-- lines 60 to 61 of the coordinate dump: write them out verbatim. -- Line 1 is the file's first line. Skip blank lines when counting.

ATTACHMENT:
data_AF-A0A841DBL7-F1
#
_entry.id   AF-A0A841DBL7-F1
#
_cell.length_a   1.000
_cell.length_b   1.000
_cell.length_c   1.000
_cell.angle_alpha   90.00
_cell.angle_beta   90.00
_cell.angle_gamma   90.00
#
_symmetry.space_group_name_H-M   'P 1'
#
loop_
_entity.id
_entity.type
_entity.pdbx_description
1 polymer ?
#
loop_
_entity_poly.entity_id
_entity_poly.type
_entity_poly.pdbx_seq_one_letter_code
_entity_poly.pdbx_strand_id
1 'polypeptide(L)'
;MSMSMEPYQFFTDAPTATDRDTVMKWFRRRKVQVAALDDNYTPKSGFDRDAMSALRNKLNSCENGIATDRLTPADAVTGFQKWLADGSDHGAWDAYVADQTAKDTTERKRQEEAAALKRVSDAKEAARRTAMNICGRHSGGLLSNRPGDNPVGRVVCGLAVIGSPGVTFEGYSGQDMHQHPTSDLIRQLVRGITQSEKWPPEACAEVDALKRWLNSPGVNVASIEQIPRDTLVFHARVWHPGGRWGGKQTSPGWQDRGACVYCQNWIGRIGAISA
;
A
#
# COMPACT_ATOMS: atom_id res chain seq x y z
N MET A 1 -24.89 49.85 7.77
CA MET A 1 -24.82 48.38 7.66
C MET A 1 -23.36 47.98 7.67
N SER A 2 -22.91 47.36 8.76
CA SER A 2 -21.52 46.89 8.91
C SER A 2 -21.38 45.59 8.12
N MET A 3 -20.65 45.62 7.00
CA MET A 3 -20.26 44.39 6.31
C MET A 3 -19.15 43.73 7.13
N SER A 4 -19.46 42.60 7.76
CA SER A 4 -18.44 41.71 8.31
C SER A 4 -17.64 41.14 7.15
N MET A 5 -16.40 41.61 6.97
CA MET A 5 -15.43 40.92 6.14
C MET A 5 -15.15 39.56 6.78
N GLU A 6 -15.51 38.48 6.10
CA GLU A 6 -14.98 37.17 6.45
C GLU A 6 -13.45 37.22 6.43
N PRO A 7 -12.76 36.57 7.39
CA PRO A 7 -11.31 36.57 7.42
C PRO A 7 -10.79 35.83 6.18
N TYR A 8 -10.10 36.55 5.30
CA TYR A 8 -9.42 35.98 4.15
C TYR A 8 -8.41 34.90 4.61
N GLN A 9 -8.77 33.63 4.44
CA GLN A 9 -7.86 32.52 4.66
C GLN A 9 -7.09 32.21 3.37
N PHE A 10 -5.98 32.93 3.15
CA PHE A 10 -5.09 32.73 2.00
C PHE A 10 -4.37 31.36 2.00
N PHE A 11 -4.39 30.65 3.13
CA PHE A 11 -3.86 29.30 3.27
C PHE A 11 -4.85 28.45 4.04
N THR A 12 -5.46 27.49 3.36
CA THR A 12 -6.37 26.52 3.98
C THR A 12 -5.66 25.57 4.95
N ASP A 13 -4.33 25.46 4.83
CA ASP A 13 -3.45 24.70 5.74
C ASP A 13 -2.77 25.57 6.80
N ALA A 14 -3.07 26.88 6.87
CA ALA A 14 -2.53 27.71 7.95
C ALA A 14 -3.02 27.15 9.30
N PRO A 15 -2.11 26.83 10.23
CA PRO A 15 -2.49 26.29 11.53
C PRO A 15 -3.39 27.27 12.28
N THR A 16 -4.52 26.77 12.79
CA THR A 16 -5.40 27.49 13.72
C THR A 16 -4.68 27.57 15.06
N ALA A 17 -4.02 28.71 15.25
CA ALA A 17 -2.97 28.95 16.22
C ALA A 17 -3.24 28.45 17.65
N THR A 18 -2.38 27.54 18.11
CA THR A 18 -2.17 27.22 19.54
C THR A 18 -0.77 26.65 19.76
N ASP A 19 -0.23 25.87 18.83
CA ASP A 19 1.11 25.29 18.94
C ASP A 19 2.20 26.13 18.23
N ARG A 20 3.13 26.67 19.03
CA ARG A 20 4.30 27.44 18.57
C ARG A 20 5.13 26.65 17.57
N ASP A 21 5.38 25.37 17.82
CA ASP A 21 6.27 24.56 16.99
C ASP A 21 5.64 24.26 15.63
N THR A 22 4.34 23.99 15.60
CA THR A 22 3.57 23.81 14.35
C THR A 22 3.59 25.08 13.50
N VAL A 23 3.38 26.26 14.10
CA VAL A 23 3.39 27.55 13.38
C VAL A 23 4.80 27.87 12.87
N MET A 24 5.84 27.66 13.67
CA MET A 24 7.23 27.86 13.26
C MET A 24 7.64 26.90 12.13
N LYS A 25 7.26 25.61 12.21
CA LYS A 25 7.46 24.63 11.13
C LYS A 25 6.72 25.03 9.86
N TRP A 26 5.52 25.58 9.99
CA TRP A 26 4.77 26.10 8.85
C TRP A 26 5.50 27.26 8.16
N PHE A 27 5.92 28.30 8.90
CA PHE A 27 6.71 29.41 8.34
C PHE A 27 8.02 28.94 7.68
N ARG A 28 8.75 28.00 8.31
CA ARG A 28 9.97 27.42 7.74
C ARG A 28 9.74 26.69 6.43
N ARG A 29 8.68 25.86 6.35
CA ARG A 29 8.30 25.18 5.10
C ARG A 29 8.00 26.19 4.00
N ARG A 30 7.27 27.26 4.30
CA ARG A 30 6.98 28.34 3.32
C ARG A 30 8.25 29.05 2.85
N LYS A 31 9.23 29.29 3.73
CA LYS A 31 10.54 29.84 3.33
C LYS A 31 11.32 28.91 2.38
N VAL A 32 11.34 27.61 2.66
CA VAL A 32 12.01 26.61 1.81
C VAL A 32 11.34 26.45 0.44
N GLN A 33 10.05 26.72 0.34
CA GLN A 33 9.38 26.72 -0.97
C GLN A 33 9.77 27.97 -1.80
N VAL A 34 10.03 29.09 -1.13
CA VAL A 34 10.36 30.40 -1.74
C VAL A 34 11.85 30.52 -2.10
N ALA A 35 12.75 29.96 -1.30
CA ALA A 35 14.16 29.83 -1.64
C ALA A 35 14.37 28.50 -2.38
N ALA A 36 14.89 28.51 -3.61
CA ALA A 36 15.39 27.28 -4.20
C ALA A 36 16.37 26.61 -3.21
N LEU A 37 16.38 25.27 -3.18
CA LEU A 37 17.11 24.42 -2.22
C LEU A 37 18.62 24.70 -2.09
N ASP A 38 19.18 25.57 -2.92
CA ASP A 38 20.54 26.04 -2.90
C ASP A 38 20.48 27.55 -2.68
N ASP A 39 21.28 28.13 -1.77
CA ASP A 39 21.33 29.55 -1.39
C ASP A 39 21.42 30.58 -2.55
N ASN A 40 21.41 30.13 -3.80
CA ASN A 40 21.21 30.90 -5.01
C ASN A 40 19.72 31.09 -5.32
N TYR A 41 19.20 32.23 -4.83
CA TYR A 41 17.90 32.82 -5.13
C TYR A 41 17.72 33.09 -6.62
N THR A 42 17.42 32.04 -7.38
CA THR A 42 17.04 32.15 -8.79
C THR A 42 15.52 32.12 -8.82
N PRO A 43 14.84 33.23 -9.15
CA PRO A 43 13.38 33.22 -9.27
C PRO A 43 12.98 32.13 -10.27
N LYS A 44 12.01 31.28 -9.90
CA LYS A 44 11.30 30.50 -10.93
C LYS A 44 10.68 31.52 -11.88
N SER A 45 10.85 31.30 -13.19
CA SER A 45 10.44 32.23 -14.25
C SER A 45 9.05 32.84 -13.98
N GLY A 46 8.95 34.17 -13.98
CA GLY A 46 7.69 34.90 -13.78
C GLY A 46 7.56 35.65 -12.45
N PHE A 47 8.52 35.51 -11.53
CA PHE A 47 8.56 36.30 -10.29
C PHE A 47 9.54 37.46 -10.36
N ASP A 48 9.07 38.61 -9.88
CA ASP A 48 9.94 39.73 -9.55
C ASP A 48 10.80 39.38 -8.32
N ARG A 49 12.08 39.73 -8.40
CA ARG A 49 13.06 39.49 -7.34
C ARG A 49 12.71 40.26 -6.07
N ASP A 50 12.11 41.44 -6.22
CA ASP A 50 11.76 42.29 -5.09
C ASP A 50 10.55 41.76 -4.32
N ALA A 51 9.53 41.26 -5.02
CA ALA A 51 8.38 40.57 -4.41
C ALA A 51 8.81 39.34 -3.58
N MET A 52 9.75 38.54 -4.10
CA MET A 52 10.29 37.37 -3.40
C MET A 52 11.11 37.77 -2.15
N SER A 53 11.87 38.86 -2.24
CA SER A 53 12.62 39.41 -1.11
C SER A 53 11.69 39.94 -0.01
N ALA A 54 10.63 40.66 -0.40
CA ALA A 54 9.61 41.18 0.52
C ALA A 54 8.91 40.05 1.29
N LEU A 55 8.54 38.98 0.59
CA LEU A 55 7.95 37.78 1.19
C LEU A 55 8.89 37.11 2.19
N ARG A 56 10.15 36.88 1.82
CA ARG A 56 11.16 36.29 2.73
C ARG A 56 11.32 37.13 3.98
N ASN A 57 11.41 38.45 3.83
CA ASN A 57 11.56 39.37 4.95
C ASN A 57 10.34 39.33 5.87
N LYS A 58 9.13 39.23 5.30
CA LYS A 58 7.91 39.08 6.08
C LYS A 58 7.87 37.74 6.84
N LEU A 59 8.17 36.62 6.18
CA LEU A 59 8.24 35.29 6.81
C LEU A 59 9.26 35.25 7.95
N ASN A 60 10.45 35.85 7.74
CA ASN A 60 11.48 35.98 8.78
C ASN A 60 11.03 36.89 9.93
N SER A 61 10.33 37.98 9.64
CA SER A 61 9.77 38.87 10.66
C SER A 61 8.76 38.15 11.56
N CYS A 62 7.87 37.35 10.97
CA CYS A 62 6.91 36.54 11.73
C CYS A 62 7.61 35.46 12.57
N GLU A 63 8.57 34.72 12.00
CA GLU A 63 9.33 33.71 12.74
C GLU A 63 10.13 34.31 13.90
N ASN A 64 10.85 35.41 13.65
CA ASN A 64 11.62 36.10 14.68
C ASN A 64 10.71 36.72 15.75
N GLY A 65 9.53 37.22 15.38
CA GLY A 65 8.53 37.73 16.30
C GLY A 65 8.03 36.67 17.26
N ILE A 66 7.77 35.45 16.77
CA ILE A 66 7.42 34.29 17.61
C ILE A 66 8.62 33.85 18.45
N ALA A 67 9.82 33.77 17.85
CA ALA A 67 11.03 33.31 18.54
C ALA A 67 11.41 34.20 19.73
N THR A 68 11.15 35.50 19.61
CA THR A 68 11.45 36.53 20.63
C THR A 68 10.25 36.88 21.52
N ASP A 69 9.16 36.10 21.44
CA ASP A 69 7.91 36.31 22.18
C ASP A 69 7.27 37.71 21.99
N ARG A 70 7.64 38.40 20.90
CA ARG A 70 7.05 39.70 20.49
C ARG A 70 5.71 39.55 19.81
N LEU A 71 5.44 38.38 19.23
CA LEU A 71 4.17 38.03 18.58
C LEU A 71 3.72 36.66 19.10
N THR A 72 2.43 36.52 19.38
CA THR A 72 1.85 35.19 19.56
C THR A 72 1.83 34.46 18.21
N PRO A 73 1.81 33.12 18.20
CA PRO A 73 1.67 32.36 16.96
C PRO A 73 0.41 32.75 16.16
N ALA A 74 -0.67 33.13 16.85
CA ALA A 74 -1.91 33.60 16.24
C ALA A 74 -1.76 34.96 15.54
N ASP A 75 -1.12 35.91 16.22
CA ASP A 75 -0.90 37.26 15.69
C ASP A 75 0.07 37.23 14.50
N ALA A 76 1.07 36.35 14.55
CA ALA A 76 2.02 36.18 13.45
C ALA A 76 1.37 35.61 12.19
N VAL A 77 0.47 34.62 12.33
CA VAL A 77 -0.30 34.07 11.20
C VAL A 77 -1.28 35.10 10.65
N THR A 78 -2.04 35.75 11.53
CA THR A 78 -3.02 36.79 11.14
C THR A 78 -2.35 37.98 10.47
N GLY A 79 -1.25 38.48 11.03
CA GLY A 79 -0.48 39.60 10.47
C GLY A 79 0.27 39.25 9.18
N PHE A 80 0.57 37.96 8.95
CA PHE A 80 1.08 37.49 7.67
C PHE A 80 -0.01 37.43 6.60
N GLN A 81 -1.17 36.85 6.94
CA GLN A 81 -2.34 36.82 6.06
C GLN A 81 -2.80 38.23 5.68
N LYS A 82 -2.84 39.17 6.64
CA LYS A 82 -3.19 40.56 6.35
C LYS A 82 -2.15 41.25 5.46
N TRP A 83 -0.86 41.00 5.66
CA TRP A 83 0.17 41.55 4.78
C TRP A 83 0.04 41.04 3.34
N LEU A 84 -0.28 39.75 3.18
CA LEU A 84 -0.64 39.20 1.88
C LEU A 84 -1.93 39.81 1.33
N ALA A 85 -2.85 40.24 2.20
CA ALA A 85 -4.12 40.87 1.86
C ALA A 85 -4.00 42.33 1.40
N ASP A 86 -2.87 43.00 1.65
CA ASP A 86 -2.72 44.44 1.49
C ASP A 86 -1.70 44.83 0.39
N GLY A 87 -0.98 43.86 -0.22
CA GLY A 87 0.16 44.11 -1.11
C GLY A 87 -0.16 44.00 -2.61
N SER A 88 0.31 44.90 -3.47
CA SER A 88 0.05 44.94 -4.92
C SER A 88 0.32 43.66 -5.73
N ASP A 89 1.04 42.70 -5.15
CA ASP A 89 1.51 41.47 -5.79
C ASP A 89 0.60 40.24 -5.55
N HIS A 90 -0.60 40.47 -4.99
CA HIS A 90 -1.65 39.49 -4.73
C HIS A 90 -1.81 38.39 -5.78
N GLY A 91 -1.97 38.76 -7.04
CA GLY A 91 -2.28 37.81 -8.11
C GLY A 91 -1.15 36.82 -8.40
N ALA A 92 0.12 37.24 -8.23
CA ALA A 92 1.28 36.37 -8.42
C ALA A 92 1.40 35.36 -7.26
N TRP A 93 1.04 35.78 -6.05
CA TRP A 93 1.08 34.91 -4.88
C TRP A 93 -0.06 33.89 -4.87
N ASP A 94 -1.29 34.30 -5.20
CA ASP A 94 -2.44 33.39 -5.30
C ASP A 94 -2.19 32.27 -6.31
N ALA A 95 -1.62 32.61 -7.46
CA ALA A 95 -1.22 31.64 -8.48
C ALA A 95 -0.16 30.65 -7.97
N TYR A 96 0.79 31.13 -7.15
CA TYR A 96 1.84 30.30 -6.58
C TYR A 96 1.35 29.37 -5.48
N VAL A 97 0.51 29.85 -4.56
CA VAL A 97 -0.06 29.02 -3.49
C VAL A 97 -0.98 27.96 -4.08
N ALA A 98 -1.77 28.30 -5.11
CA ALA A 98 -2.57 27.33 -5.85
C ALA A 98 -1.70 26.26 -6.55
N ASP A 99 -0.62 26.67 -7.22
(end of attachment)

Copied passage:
C PHE A 10 -4.37 31.36 2.00
N PHE A 11 -4.39 30.65 3.13